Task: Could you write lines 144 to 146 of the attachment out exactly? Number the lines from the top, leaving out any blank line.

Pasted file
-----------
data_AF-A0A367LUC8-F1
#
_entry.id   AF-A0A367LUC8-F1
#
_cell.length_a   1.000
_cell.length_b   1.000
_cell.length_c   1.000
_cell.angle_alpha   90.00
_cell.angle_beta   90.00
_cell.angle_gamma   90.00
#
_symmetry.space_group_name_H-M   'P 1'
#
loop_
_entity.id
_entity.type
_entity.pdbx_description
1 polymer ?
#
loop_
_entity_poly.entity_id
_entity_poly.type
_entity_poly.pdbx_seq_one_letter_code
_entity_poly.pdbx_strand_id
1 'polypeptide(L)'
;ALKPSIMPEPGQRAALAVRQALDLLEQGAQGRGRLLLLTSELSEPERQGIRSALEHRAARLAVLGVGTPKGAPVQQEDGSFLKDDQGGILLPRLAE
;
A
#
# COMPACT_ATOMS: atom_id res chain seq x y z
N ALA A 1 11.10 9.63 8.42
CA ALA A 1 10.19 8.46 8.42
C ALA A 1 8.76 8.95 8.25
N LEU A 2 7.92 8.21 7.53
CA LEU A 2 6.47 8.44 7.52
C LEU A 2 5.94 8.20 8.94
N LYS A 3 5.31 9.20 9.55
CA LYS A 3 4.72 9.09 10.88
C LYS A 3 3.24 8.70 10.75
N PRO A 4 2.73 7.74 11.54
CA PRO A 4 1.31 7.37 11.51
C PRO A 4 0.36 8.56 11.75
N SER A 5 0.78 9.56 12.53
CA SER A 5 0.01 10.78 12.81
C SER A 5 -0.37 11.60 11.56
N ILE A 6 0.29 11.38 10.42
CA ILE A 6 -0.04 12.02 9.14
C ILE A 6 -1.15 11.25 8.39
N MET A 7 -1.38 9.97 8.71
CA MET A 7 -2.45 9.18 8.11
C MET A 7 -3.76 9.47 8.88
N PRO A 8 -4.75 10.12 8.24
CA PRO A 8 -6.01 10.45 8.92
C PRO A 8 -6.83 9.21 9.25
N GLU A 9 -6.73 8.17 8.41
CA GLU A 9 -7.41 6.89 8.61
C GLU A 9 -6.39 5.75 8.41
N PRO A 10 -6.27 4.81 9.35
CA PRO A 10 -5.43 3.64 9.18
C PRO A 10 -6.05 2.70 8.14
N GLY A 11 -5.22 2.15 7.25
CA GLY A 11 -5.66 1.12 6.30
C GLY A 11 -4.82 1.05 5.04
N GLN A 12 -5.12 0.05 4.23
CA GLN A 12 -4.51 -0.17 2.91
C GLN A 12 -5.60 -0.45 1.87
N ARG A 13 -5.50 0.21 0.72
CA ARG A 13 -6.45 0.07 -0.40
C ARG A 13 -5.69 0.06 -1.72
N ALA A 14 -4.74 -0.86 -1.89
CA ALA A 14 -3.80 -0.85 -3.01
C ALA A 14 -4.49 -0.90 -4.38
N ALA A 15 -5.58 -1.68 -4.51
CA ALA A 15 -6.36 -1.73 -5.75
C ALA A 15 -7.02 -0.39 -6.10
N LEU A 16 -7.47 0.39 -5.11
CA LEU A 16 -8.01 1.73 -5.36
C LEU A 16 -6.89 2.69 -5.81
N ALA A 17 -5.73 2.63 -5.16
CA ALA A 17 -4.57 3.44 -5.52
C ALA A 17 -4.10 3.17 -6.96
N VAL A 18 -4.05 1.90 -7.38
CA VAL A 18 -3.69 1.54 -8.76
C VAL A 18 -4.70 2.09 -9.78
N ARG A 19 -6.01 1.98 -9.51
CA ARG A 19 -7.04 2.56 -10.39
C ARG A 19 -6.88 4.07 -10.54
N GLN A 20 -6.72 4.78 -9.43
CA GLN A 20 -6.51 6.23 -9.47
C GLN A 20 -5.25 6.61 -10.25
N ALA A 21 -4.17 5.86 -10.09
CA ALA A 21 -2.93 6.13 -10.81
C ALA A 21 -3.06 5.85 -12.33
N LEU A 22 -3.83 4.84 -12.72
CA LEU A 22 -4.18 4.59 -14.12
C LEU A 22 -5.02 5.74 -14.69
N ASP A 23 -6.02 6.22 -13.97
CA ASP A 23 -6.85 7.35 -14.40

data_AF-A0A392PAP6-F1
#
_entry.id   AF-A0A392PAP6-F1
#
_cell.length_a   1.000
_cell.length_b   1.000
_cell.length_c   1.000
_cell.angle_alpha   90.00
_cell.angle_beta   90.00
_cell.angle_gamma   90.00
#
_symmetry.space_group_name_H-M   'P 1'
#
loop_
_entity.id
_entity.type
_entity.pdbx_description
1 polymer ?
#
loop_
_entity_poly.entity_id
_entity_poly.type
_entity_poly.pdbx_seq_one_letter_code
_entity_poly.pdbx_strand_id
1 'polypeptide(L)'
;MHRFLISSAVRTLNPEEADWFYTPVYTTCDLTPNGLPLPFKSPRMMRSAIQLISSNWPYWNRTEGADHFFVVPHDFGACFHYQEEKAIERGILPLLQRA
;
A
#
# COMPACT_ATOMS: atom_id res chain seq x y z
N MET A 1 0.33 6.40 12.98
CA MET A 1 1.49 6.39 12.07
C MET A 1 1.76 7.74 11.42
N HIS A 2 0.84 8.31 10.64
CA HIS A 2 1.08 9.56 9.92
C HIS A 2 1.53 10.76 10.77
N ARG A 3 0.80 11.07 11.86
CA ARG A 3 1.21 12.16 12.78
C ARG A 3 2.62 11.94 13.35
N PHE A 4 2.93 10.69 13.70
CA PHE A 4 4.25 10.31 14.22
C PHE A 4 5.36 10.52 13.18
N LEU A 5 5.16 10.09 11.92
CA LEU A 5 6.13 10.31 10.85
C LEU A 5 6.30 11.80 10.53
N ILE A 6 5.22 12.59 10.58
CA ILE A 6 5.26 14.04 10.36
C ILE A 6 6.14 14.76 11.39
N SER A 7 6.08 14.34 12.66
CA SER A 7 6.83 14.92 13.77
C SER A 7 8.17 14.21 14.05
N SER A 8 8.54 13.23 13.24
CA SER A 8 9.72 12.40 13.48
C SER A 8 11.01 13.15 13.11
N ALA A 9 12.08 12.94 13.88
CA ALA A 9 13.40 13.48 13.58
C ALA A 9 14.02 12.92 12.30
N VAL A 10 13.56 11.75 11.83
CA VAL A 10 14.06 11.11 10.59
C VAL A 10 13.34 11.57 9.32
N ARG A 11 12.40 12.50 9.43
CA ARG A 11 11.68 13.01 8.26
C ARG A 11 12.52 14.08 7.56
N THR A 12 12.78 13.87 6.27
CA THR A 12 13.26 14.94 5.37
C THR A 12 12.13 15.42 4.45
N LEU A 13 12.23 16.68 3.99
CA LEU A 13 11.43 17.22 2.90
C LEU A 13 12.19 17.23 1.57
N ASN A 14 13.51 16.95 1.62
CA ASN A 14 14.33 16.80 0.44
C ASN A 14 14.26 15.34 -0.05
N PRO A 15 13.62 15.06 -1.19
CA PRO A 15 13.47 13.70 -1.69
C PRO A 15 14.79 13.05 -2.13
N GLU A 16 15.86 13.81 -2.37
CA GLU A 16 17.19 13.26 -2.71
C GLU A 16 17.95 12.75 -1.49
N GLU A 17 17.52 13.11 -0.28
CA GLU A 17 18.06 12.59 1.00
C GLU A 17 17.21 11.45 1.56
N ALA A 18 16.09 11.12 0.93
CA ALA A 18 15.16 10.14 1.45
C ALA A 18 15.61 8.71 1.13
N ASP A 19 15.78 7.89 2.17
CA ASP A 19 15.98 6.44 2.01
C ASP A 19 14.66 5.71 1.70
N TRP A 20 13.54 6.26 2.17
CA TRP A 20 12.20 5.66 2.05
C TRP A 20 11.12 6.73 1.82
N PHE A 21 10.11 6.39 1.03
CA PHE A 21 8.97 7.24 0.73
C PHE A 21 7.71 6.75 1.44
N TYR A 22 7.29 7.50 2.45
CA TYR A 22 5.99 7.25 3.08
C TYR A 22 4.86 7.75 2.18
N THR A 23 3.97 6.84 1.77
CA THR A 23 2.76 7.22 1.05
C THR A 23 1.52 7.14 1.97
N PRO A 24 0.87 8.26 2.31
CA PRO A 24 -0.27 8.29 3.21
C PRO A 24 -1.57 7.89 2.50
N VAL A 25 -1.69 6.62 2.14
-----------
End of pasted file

N ILE A 6 5.22 12.59 10.58
CA ILE A 6 5.26 14.04 10.36
C ILE A 6 6.14 14.76 11.39